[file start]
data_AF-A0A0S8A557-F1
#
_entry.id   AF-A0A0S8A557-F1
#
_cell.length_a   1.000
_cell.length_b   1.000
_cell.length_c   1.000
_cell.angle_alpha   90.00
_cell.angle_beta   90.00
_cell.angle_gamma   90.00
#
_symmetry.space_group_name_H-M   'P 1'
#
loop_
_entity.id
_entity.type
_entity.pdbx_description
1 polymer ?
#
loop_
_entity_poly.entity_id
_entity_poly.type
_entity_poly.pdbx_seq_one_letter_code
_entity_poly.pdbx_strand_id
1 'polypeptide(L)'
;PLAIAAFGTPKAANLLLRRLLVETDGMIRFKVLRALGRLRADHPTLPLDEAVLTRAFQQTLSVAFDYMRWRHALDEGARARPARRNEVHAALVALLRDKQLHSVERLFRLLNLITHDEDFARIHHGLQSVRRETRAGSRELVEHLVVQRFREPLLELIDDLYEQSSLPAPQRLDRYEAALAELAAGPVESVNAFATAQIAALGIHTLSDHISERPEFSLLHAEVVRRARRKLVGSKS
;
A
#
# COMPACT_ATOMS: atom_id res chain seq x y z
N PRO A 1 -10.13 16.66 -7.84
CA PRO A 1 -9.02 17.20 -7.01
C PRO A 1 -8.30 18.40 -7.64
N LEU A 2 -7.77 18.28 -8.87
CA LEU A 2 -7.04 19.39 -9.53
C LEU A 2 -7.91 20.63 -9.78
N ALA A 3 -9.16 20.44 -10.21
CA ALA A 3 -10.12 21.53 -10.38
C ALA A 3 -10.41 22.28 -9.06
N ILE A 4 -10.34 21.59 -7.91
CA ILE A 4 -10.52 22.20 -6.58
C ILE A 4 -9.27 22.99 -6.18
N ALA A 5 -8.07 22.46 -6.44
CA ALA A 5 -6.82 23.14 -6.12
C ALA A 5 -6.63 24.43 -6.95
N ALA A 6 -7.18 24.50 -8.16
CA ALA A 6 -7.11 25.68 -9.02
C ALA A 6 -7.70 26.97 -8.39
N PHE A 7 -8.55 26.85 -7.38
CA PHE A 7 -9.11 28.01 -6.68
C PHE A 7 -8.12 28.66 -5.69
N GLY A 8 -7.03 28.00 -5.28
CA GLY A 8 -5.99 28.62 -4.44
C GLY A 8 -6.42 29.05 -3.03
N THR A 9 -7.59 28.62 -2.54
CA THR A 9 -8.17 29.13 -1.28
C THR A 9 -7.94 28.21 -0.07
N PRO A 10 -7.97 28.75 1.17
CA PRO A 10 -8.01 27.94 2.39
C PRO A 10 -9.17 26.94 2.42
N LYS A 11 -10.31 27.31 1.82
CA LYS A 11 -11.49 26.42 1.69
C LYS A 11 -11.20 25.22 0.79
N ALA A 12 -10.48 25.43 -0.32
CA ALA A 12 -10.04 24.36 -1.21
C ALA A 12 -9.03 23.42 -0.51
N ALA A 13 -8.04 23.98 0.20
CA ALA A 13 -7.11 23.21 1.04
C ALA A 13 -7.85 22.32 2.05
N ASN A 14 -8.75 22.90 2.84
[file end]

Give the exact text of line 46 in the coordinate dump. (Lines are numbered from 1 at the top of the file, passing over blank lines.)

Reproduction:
N ALA A 6 -7.18 24.50 -8.16